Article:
This undated image provided by New York City Hall shows a sample ID card issued by the city. Advocates of last year’s municipal ID card program said it would help people living in the country illegally venture out of the shadows. Now some fear it could instead expose them to deportation. Since Donald Trump’s presidential election victory, the city is considering destroying the cardholders’ personal records. (New York City Hall via AP)
New York City may erase ID card data to protect illegal immigrants
NEW YORK – When New York City launched the nation’s biggest municipal ID card program last year, advocates said it would help people living in the U.S. illegally to venture out of the shadows.
But since Donald Trump was elected president, city officials are instead fielding questions about whether the cards could put those same people at greater risk of being deported.
The city has vowed to protect cardholders’ personal records and might even delete them using a kind of self-destruct provision that allows for the information to be destroyed at the end of the year.
At least one state lawmaker has criticized that idea, saying it could make it impossible to trace people if they have obtained cards fraudulently.
Some immigrants take comfort in the city’s stance, while acknowledging they are still wary.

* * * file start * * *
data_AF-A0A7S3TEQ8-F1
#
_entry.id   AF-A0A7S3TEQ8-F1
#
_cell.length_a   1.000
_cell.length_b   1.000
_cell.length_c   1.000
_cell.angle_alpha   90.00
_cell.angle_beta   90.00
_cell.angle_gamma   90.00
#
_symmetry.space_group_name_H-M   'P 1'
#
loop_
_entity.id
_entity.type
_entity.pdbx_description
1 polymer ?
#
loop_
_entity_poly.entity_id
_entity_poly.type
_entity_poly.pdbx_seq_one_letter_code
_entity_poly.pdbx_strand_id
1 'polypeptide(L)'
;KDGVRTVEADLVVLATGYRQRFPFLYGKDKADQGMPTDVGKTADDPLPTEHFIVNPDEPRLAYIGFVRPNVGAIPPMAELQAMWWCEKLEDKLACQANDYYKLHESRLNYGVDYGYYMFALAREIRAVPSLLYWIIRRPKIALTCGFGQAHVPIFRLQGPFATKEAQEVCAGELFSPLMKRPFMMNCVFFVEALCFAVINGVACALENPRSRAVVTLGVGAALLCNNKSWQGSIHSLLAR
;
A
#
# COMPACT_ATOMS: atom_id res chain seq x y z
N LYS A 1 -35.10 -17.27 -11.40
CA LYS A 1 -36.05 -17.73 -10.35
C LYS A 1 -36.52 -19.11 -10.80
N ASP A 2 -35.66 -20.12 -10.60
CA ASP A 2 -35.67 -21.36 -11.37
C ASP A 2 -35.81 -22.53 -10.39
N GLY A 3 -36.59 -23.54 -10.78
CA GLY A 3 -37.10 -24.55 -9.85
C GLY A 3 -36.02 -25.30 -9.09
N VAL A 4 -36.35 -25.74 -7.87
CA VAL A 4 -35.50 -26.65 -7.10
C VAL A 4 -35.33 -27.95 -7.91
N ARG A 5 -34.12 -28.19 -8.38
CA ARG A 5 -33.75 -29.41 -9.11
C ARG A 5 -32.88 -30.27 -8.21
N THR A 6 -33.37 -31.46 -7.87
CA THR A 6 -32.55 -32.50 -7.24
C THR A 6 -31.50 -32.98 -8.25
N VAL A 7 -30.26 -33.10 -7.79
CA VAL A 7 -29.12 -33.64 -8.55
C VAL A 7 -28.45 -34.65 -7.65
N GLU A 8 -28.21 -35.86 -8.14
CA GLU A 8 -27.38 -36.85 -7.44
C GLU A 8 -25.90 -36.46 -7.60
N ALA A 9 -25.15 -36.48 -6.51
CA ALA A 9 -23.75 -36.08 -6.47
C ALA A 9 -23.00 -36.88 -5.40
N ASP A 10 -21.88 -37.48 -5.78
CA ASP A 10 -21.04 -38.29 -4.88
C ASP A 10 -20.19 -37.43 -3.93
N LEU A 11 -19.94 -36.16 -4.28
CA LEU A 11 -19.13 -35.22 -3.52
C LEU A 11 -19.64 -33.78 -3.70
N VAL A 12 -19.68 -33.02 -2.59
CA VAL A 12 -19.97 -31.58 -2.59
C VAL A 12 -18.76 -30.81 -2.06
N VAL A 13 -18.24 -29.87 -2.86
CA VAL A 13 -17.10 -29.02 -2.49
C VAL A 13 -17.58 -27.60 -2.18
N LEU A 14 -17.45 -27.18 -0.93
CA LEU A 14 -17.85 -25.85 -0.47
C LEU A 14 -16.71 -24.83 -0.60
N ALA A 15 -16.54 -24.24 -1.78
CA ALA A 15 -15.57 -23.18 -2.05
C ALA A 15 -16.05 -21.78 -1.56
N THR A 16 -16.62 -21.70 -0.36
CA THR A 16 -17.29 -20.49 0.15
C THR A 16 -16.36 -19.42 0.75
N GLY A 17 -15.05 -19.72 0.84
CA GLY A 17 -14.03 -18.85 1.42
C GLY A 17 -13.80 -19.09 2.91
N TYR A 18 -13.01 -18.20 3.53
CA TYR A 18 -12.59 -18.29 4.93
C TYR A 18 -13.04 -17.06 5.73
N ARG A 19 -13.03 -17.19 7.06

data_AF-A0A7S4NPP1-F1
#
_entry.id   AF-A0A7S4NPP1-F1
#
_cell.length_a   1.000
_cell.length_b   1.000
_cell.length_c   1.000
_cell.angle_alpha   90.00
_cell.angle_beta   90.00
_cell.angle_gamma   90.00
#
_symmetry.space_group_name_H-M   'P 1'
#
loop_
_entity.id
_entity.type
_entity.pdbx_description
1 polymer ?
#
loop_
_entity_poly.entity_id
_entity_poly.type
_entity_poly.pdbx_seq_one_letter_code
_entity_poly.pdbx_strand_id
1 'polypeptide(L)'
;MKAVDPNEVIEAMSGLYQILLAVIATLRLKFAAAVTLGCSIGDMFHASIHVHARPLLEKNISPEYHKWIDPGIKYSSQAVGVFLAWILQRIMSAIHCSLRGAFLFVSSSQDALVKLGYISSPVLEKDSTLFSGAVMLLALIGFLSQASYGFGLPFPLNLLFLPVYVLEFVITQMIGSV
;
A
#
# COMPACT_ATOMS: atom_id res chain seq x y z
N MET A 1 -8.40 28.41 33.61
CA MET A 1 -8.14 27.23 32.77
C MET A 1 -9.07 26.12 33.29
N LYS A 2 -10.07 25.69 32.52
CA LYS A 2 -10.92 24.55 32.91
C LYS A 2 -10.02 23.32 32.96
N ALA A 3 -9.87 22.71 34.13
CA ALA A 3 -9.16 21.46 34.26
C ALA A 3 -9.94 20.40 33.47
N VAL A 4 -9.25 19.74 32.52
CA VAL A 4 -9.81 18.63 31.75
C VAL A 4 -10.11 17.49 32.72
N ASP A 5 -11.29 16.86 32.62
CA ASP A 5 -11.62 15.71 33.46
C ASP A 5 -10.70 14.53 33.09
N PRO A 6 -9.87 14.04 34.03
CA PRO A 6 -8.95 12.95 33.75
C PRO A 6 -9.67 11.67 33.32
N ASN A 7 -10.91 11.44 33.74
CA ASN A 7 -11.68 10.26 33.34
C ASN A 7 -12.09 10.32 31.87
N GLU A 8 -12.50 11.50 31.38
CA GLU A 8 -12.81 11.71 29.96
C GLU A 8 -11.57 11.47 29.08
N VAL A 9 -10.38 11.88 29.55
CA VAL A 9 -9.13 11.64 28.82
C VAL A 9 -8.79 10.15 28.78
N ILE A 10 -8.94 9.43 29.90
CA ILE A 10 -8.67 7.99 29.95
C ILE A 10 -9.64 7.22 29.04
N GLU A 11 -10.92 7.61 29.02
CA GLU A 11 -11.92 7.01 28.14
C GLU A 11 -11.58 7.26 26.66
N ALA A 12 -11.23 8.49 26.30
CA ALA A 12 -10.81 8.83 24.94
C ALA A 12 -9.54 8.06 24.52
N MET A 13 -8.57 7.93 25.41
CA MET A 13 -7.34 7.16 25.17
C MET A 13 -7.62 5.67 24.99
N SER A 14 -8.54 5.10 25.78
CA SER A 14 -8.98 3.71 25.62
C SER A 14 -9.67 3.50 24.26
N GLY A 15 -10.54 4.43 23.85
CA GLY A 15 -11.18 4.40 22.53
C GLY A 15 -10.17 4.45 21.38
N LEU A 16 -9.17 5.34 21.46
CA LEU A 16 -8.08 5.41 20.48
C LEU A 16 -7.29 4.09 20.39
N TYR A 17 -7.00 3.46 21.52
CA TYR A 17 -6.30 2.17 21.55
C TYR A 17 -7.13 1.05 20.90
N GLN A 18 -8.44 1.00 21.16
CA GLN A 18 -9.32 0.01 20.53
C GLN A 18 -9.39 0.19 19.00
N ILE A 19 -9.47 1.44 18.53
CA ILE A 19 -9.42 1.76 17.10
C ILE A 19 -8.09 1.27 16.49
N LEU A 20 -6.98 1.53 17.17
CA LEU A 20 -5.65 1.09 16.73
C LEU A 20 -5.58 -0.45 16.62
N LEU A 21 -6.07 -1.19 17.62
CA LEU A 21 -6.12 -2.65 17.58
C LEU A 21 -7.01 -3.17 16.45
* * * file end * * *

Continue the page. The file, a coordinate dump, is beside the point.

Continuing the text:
Alberto Saldivia got his “IDNYC” card this year after spending 15 years in the country without legal authorization.
“It did cause me considerable concern, because they have my information, also the information of my son,” the 53-year-old Mexico native said through an interpreter.
But he felt reassured when Mayor Bill de Blasio said last week that the city would “absolutely” safeguard cardholders’ identities. De Blasio, a Democrat, said officials would assess whether to delete the personal records, a provision that was built into the program partly over concerns about the possible election of a Republican president such as Trump, whose campaign promises included a vow to deport millions of people in the U.S. illegally.
Municipal ID programs began in 2007 in New Haven, Conn., and have expanded to about 10 cities, including Los Angeles and San Francisco. New York’s program is the most ambitious, with more than 800,000 cardholders, many of them U.S. citizens or legal residents.
Officials encouraged everyone in the city to sign up, but the program was aimed at those without other forms of ID, including homeless people and, especially, the estimated 500,000 immigrants living illegally in the city. The ID would help them do such everyday things as cash a check or attend a parent-teacher conference at a public school, advocates said.READ MORE